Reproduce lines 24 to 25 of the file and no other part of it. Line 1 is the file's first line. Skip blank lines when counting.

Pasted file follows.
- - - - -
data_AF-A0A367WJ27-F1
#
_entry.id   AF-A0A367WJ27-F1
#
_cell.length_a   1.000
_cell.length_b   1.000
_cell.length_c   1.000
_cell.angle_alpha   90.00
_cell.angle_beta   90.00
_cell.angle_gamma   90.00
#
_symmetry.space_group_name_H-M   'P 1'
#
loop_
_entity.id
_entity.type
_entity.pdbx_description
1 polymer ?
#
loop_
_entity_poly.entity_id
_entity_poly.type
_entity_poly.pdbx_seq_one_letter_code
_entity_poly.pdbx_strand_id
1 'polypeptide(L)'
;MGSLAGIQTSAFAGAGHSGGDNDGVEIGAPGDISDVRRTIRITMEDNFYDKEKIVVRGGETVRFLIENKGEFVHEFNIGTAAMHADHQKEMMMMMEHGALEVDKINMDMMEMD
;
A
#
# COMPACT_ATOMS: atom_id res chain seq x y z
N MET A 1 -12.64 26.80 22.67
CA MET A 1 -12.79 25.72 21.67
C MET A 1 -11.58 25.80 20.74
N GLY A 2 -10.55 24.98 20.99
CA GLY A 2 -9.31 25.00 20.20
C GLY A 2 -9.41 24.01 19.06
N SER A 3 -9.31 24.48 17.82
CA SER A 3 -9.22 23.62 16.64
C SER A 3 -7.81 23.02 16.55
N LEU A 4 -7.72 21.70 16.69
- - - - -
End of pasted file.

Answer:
_entity_poly.pdbx_strand_id
1 'polypeptide(L)'